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Reading through the Senate proposal for financial regulation reform, I was struck first by what the bill doesn't seem to do...
It doesn't end subprime mortgages or adjustable-rate mortgages.
It doesn't end derivatives.
It doesn't break up institutions that are "too big to fail."
It doesn't regulate Fannie Mae/Freddie Mac.
It doesn't stop the massive bundling and securitizing of mortgage loans.
Maybe it's just me, but I kinda thought all of the above were responsible for the financial crisis. Yet, they will all still be in existence from my reading of the financial regulation reform bill.
What the bill does do is add lots more oversight of "systemic risk" to our financial system, in the form of new government agencies and the reform of existing government agencies. It adds increasingly strict capital and leverage requiremtents for large banking institutions, which the bill claims will keep institutions from becoming "too big to fail." It gives more power to the Federal Reserve (who was also complicit in the financial crisis).
I don't want to sound overly negative here, because I'm leaning in the direction of favoring passage of this bill, based solely on the notion that it's better than nothing.
But it could be light years better than it is.
Following is one part of the bill's summary, about derivatives, which already pose a tremendous systemic risk to the economy.
[FYI - A derivative is a financial instrument that has a value determined by the future price of something else. Derivatives can be thought of as bets. Financial firms first used them as a form of insurance against future losses. They were created to lessen financial risk (ironic, isn't it ?).]
Here's the risk:
Why Change Is Needed: The over-the-counter derivatives market has exploded– from $91 trillion in 1998 to $592 trillion in 2008. During the financial crisis, concerns about the ability of companies to make good on these contracts and the lack of transparency about what risks existed caused credit markets to freeze. Investors were afraid to trade as Bear Stearns, AIG, and Lehman Brothers failed because any new transaction could expose them to more risk.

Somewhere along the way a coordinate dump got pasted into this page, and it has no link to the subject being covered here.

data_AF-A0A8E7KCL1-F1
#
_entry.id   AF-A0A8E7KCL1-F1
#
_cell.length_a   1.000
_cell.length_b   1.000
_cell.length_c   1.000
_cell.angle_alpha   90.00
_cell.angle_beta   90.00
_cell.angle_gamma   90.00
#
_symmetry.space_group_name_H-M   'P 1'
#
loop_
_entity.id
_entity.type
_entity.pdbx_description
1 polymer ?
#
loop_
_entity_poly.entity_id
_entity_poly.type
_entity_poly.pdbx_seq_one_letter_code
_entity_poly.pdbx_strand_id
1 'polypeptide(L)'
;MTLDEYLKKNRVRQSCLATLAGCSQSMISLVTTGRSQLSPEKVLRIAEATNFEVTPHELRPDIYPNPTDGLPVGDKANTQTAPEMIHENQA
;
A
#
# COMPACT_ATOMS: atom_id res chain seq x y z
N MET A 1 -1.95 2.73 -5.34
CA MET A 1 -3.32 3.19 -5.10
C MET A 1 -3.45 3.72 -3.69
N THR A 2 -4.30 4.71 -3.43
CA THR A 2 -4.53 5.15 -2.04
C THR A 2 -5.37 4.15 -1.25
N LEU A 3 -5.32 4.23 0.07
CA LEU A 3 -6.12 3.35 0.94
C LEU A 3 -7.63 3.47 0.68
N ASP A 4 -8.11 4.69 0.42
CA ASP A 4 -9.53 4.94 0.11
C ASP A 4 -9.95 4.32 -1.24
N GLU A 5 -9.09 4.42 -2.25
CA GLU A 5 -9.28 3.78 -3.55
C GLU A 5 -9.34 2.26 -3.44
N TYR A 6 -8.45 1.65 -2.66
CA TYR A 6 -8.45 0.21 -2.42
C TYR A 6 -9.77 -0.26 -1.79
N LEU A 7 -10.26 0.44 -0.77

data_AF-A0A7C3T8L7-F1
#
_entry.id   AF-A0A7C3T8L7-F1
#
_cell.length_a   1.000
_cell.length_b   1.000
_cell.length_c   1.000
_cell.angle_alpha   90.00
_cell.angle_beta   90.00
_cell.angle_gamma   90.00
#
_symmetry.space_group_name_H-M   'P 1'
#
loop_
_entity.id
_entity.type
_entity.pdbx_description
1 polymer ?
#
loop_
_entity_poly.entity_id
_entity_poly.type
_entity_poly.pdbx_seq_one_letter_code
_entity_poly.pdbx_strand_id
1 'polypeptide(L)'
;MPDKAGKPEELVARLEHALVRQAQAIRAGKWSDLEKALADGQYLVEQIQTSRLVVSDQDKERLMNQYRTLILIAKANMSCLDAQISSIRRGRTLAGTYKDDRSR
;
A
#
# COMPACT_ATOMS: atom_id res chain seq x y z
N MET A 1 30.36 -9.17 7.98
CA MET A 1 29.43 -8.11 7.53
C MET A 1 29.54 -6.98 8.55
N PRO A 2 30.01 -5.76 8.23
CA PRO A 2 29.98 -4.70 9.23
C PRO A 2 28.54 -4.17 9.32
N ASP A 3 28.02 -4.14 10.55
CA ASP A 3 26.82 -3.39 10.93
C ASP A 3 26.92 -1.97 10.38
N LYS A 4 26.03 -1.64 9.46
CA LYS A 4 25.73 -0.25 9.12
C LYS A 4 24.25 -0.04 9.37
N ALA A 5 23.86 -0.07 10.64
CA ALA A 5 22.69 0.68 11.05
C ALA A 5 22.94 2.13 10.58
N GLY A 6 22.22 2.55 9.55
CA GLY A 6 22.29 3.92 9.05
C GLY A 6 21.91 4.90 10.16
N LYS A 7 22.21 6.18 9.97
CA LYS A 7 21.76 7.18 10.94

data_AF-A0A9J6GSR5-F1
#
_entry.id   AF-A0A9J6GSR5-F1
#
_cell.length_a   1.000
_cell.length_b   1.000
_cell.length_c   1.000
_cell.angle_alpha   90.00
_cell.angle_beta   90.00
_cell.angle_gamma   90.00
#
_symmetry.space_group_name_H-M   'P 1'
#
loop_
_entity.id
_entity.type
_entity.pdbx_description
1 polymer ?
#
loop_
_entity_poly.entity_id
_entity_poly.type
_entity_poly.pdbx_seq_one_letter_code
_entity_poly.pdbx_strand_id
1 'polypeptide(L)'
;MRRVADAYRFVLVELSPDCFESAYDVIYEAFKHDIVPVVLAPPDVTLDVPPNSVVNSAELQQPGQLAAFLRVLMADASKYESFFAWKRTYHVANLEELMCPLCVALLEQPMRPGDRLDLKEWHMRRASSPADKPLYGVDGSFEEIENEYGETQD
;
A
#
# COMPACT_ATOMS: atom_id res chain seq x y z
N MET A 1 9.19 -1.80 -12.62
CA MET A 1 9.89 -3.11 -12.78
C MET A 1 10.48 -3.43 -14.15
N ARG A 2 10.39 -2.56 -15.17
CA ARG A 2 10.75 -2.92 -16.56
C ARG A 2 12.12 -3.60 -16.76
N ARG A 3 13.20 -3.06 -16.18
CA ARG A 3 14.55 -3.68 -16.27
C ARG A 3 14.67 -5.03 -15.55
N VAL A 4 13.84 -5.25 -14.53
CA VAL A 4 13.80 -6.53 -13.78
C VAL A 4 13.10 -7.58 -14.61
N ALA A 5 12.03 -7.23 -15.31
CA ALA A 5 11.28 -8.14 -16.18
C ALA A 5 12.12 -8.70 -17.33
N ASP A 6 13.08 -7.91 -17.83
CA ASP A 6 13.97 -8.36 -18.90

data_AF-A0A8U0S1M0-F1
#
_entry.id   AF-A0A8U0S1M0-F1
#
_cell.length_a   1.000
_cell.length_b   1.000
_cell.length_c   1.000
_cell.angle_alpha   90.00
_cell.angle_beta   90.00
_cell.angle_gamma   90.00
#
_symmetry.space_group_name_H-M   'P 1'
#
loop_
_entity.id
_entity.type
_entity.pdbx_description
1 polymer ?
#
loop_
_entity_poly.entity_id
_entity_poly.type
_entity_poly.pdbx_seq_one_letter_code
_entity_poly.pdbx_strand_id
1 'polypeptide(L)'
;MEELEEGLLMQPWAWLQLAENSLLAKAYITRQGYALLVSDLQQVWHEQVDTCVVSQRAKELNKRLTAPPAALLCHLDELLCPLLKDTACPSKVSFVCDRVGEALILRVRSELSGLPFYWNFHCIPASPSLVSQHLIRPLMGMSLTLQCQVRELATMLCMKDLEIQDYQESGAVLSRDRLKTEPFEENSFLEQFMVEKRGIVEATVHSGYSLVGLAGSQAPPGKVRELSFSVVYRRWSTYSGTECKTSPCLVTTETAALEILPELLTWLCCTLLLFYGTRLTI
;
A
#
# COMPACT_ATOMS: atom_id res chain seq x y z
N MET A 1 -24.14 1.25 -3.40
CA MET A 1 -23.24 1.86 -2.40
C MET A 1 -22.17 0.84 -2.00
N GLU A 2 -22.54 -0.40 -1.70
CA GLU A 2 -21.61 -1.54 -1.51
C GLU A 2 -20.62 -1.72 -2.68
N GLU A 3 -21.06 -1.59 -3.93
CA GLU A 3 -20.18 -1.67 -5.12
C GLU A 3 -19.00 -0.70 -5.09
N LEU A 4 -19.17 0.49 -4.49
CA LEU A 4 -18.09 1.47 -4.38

Over-the-counter derivatives are supposed to be contracts that protect businesses from risks, but they became a way for traders to make enormous bets with no regulatory oversight or rules and therefore exacerbated risks. Because the derivatives market was considered too big and too interconnected to fail, taxpayers had to foot the bill for Wall Street’s bad bets. Those bad bets linked thousands of traders, creating a web in which one default threatened to produce a chain of corporate and economic failures worldwide. These interconnected trades, coupled with the lack of transparency about who held what, made unwinding the “too big to fail” institutions more costly to taxpayers.
Here's the proposed solution:
Bringing Transparency and Accountability to the Derivatives Market
Closes Regulatory Gaps: Provides the SEC and CFTC with authority to regulate over-the-counter derivatives so that irresponsible practices and excessive risk-taking can no longer escape regulatory oversight. Uses the Administration’s outline for a joint rulemaking process with the Financial Stability Oversight Council stepping in if the two agencies can’t agree.
Central Clearing and Exchange Trading: Requires central clearing and exchange trading for derivatives that can be cleared and provides a role for both regulators and clearing houses to determine which contracts should be cleared. Requires the SEC and the CFTC to pre-approve contracts before clearing houses can clear them.
Safeguards for Un-Cleared Trades: Requires margin for un-cleared trades in order to offset the greater risk they pose to the financial system and encourage more trading to take place in transparent, regulated markets. Swap dealers and major swap participants will be subject to capital requirements.
Market Transparency: Requires data collection and publication through clearing houses or swap repositories to improve market transparency and provide regulators important tools for monitoring and responding to risks
Here's my take on the proposed regulation of derivatives. There will still be an enormous derivatives market (that $592 trillion figure was no typo), so there will still be enormous systemic risk. It's just that now, it will be more transparent and "regulated." Some requirements will allegedly prevent "excessive risk" in the derivatives market, whose very existence is an "excessive risk." If a $592 trillion market starts to fall (due to, say, the NEXT collapse in housing prices), or even if the derivatives market is scaled back to the 1998 level of $91 trillion, there isn't a government agency in the world that will be able to save us from disaster. Keep in mind, the entire GDP of the United States is just over $14 trillion. If the derivatives market crashes, we don't have enough money to stop that domino effect.
There's other stuff in the reform bill, such as limiting executive compensation, which plays well in the media but is essentially meaningless, a drop in the bucket.
In the end, we will be depending on more government bureaucrats and more government oversight agencies to prevent the next financial crisis. These will be the same government bureaucrats and government oversight agencies who were asleep at the switch while the current financial crisis exploded into a near nuclear financial armaggedon.
In conclusion, go ahead and pass this bill.
Just don't expect it to make any real difference. The casino is still open, and the same players are all still playing the same game.
As for the idea that this reform will prevent any future taxpayer bailouts....if you believe that, I have a bridge to sell you. I'll also sell you a derivative to hedge your bets on the bridge.